California Civil Jury Instructions (CACI) (2017)

3230. Breach of Disclosure Obligations - Essential Factual Elements

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3230.Continued Reasonable Use Permitted
The fact that [name of plaintiff] continued to use the [consumer good/new
motor vehicle] after delivering it for repair does not waive [his/her] right
to demand replacement or reimbursement. Nor does it reduce the
amount of damages that you should award to [name of plaintiff] if you
find that [he/she] has proved [his/her] claim against [name of defendant].
New June 2012
Directions for Use
Give this instruction to make it clear to the jury that the fact that the buyer
continued to use the product after delivering it for repair does not waive his or her
right to reimbursement and damages. (See Jiagbogu v. Mercedes-Benz USA (2004)
118 Cal.App.4th 1235, 1240–1244 [13 Cal.Rptr.3d 679].) Continued use is relevant,
however, to the jury’s consideration of whether the vehicle was substantially
impaired. See CACI No. 3204, “Substantially Impaired” Explained, factor (d).
There may be some uncertainty about the defendant’s right to a damages offset for
continued use. In an older case, the court held that principles of rescission under
the Uniform Commercial Code survive under the Song-Beverly Consumer Warranty
Act, and that the seller remains protected through a recoupment right of setoff for
the buyer’s use of the good beyond the time of revoking acceptance. (Ibrahim v.
Ford Motor Co. (1989) 214 Cal.App.3d 878, 898 [263 Cal.Rptr. 64].) However, a
more recent case rejected the proposition that pre Song-Beverly Commercial Code
rules on continued use survive under Song-Beverly. (See Jiagbogu, supra, 118
Cal.App.4th at p. 1240.) The last sentence of this instruction is based on Jiagbogu,
but in light of the potential uncertainty on the damages offset issue, the trial court
will need to decide whether Jiagbogu or Ibrahim states the applicable rule.
Sources and Authority
• “[Defendant] contends that [plaintiff]’s request for restitution amounted to a
rescission. But [Civil Code] section 1793.2 does not refer to rescission or any
portion of the Commercial Code that discusses rescission. The [Song-Beverly]
Act does not parallel the Commercial Code; it provides different and more
extensive consumer protections. [Plaintiff] did not invoke rescission, or any of
the common law doctrines or Commercial Code provisions relating to that
remedy. It would not matter if he had referred to rescission in his buyback
request, as long as he sought a remedy only under the Act, which contains no
provision requiring formal rescission to obtain relief. [Defendant] acknowledges
in its brief that [plaintiff] requested refund or replacement. That comports with
a claim under the Act, not with a traditional cause of action for rescission.”
(Jiagbogu, supra, 118 Cal.App.4th at p. 1240, original italics, internal citations
omitted.)
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• “Within the context of the California Uniform Commercial Code courts around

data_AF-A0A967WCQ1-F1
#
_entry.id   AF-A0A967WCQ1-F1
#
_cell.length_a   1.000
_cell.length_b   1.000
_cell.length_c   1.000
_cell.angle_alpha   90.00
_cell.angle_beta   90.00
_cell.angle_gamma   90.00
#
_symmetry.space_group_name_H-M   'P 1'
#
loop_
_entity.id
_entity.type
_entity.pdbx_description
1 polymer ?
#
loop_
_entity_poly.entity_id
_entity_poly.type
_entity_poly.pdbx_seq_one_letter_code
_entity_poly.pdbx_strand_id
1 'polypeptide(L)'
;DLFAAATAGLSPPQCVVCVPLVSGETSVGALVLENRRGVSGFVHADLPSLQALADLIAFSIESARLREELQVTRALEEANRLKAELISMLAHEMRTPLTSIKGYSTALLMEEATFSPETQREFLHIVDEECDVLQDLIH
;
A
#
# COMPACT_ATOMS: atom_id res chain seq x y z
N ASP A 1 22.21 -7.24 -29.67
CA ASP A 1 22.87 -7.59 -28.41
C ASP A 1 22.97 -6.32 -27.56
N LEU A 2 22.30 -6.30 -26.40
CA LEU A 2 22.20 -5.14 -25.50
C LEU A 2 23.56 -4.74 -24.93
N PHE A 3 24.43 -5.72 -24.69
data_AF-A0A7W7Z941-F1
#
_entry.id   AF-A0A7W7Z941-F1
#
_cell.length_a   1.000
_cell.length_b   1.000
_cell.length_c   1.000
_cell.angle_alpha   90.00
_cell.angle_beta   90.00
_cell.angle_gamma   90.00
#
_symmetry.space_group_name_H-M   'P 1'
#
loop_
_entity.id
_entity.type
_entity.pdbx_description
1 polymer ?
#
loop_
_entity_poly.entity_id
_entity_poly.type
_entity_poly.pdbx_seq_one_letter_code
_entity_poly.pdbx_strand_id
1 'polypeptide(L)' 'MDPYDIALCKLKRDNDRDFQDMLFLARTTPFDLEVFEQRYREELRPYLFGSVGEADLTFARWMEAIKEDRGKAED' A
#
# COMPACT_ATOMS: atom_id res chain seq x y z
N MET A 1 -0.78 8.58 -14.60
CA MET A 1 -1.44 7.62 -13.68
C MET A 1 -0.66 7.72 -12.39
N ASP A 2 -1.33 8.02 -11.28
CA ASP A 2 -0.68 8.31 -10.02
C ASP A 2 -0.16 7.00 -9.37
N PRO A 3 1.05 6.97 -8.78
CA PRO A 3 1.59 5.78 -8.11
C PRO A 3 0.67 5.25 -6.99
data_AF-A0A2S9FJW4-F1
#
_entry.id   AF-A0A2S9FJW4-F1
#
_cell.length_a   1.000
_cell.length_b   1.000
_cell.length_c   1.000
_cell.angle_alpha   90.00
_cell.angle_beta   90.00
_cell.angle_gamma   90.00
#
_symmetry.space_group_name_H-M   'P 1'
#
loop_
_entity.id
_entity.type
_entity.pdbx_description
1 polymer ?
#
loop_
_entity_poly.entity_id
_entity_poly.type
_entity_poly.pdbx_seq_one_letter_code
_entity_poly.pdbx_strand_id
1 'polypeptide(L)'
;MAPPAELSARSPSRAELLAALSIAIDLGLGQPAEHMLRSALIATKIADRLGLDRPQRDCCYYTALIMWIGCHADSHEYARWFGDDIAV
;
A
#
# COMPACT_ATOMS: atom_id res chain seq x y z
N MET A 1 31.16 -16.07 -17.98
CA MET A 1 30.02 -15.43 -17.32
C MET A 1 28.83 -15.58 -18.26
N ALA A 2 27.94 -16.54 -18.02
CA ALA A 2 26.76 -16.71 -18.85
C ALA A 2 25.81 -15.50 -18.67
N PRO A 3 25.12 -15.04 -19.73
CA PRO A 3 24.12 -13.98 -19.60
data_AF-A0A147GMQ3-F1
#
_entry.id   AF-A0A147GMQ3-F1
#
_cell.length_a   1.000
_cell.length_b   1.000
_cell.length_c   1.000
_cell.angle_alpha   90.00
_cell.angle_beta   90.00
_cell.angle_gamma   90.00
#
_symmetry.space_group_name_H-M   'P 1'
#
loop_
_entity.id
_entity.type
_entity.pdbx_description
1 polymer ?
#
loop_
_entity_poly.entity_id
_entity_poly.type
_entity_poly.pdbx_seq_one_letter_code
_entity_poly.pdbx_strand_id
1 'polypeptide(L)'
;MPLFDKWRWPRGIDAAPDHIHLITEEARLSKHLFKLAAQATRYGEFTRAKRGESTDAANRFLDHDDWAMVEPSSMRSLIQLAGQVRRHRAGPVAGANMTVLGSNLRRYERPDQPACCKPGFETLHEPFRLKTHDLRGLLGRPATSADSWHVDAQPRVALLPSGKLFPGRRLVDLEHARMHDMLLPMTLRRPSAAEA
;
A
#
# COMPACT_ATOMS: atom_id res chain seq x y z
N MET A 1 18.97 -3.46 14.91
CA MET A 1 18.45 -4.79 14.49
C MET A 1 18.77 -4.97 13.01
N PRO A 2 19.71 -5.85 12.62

the country are in general agreement that reasonable continued use of motorized
vehicles does not, as a matter of law, prevent the buyer from asserting
rescission (or its U.Com.Code equivalent, revocation of acceptance). This
consensus is based upon the judicial recognition of practical
realities—purchasers of unsatisfactory vehicles may be compelled to continue
using them due to the financial burden to securing alternative means of
transport for a substantial period of time. The seller remains protected through a
recoupment right of setoff for the buyer’s use of the good beyond the time of
revoking acceptance.” (Ibrahim, supra, 214 Cal.App.3d at pp. 897–898, internal
citations omitted.)
• “Nothing in the language of either the Uniform Commercial Code or the Song-
Beverly Act suggests that abrogation of the common law principles relating to
continued use and waiver of a buyer’s right to rescind was intended. The former
expressly specifies that ‘the principles of law and equity . . . shall supplement
its provisions.’ (Cal. U. Com. Code, § 1103.) The legal principles governing
continued use quoted previously are thus still applicable, as are the rules
regulating the equitable right of setoff.” (Ibrahim, supra, 214 Cal.App.3d at p.
898, internal citations omitted.)
• “Since we reject [defendant]’s basic argument that a request for replacement or
refund under the Act constitutes rescission, we find no error in the trial court’s
refusal to instruct on waiver of right to rescind or on statutory offsets for
postrescission use.” (Jiagbogu, supra, 118 Cal.App.4th at p. 1242.)
• “[Civil Code] Section 1793.2, subdivision (d)(2)(C), and (d)(2)(A) and (B) to
which it refers, comprehensively addresses replacement and restitution; specified
predelivery offset; sales and use taxes; license, registration, or other fees; repair,
towing, and rental costs; and other incidental damages. None contains any
language authorizing an offset in any situation other than the one specified. This
omission of other offsets from a set of provisions that thoroughly cover other
relevant costs indicates legislative intent to exclude [post-delivery use] offsets.”
(Jiagbogu, supra, 118 Cal.App.4th at pp. 1243–1244.)
Secondary Sources
4 Witkin, Summary of California Law (10th ed. 2005) Sales, §§ 198, 318
8California Forms of Pleading and Practice, Ch. 91, Automobiles: Actions
Involving Defects and Repairs, § 91.18 (Matthew Bender)
44 California Forms of Pleading and Practice, Ch. 502, Sales, § 502.42 (Matthew
Bender)
20 California Points and Authorities, Ch. 206, Sales, § 206.102 et seq. (Matthew
Bender)
30 California Legal Forms: Transaction Guide, Ch. 92, Service Contracts, § 92.53
(Matthew Bender)
CACI No. 3230 SONG-BEVERLY CONSUMER WARRANTY ACT
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